Top 10 Best Ways to Learn Chinese
Are you still looking for ways to study Mandarin Chinese, please check the following 10 best ways to learn Chinese and hope these tips can help you improve your Chinese language fast.
Probably the best way to learn Chinese, but at the same time the scariest. Living abroad in a new culture surrounded by strange new things may sound terrifying, but in the end, will probably be the most worthwhile life experience you ever have, and on top of that, you get to learn Chinese in China. There are many programs for learning Chinese in China, and all of them have friendly staff ready to help you take the next step.
2. Group classes
Group classes are the second best way to learn Chinese because you will do a ton of talking with all the other students in the class. Another great thing about a group class is you don’t need to worry about looking silly when you speak because everyone is at roughly the same level and you can all mess up together and laugh together. Group classes are the most common way people learn Chinese and they are a lot of fun and good way to make friends who are also interested in learning Chinese.
A tutor is great if you aren’t a group class kind of person. A tutor moves at your pace and you can decide what you want to learn. For me, I was very interested in the business world of China so I decided to focus my language studies on business vocab. A tutor was perfect for this because I was able to have 1-on-1 business like ‘meetings’ with her and use words I needed for the China business world.
This might be my most favorite way for learning Chinese. The New HSK (for those who don’t know) is a standardized test for language proficiency in Mandarin. There are 6 levels, 1 being the most basic and 6 being the most advanced. When I first started learning Chinese in college, I was learning words like 墙纸qiangzhi (wallpaper). How or when will I want to use this word!? I knew there was a better way to pick up words that would really help me learn Chinese, and that’s when I found the HSK vocab lists. These lists contained the most commonly used grammar structures and words that would help boost my Chinese learning speed.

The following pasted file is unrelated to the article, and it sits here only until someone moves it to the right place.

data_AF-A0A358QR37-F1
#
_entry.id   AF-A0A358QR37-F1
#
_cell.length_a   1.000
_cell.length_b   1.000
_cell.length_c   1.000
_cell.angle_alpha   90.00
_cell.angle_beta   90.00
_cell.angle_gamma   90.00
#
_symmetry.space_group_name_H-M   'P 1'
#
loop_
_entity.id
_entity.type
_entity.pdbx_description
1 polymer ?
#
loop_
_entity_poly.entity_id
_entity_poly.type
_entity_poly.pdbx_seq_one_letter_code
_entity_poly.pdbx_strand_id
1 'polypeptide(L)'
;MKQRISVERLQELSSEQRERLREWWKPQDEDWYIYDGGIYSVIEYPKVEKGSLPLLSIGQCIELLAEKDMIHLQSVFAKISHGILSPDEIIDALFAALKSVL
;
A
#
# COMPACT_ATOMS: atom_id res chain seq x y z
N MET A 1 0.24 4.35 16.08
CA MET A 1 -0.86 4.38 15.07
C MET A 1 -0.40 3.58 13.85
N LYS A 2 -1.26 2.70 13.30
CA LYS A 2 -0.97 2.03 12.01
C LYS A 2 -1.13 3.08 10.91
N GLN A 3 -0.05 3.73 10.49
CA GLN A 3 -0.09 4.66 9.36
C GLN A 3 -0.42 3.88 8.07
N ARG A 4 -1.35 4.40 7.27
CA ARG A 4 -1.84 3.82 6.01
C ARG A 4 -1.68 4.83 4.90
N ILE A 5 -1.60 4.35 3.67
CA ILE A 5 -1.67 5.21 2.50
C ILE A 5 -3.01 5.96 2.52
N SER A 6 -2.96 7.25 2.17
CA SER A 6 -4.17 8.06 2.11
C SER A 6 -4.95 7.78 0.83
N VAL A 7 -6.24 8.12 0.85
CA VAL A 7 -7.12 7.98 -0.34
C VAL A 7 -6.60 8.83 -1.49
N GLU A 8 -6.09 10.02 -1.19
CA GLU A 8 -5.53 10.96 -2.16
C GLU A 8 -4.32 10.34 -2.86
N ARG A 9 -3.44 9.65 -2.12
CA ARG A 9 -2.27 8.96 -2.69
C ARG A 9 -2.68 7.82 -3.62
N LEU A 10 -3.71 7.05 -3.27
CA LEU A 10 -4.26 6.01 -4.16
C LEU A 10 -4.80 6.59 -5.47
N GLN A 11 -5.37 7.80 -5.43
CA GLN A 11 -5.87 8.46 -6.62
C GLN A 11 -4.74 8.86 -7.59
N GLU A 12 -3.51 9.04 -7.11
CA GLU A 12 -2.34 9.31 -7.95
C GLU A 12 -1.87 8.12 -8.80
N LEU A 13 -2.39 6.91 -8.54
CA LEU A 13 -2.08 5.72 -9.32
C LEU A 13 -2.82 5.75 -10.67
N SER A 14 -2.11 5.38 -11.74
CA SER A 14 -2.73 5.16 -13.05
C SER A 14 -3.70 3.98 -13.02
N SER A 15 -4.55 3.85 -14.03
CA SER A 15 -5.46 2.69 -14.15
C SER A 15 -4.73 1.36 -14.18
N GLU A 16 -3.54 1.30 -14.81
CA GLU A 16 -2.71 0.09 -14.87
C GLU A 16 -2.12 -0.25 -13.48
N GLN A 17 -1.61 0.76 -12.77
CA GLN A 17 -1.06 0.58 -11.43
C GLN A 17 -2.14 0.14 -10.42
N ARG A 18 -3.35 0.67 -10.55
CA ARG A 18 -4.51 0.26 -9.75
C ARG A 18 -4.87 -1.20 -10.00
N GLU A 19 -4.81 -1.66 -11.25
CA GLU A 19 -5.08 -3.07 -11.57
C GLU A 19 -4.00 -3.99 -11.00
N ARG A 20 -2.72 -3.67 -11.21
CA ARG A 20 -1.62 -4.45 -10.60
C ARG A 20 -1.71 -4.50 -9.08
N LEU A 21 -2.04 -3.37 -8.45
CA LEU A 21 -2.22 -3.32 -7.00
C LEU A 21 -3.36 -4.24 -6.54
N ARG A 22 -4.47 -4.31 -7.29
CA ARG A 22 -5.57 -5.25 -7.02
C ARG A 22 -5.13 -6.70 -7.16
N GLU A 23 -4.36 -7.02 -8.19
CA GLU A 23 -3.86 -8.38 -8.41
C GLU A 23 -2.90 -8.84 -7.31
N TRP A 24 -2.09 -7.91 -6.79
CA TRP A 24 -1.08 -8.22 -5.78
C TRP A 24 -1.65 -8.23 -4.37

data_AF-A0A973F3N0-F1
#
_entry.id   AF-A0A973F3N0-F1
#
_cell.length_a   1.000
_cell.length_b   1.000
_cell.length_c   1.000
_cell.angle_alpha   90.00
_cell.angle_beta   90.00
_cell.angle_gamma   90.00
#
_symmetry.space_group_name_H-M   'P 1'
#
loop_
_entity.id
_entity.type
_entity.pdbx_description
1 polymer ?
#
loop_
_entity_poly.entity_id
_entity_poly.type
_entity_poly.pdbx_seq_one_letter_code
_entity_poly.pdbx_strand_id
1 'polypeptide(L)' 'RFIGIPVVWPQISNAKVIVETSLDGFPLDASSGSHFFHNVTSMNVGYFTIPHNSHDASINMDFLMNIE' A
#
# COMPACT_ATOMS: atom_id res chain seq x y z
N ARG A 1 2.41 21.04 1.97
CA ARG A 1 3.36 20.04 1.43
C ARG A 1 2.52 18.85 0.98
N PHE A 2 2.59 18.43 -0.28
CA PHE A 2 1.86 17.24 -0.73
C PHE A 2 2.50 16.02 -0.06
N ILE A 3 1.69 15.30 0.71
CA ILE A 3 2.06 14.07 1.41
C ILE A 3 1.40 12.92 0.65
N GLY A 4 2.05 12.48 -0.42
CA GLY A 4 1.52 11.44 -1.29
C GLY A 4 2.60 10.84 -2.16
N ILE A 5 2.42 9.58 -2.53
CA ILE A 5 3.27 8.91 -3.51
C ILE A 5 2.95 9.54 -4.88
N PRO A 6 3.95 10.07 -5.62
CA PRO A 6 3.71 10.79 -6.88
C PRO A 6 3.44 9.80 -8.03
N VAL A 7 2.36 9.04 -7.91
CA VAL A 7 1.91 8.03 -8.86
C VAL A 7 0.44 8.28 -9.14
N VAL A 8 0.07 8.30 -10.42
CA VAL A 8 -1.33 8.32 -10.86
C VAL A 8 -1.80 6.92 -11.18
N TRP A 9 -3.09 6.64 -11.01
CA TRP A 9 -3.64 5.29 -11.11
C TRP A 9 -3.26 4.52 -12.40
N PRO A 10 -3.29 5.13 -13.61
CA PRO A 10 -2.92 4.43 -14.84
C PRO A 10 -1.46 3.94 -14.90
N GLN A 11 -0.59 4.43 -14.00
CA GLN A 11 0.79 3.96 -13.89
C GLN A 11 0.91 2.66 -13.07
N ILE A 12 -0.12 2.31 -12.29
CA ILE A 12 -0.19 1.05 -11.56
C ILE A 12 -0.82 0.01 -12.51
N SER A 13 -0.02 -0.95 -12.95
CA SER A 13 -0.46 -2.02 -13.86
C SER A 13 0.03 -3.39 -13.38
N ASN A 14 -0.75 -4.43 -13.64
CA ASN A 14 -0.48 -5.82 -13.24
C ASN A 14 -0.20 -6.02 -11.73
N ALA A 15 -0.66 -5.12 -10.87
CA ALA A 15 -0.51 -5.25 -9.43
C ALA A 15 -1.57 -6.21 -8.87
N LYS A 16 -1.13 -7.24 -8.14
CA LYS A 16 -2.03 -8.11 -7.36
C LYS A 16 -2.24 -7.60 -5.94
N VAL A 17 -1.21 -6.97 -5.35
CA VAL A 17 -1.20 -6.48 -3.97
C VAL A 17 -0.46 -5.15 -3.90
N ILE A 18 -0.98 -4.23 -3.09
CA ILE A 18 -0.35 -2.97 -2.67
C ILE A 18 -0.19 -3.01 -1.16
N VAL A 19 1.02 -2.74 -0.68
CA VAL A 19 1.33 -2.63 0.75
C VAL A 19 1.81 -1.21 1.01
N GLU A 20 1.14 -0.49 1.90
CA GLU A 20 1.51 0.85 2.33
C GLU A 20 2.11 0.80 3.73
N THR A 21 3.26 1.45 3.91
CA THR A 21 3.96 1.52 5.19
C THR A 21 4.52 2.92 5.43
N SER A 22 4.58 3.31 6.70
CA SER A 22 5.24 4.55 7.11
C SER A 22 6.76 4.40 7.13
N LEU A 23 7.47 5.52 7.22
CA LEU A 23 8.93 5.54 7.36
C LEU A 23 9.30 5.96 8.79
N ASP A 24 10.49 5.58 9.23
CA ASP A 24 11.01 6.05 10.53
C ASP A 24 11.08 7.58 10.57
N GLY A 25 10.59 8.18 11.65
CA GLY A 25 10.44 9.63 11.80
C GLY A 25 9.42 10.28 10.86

5. Language partners
Language partners are probably the most fun way to learn Chinese. You can meet up to do activities and learn as you go. My language partners helped me boost my every day spoken Chinese, including learning trending slang and maybe the occasional bad word. We would often meet in a coffee shop to talk or go play a sport like basketball. My language partners not only helped me learn the Chinese language but also a lot about Chinese culture!
6. Online/Skype Lessons
So many people believe that learning online or using Skype to learn Chinese is a waste of time, they are WRONG! Many people just don’t have the time or money to get over to China to study; this is the next best thing! You can chat with Chinese natives online and learn the language just like if you were sitting with them in a coffee shop in downtown Beijing. The best part about online and Skype lessons is that they always fit any schedule.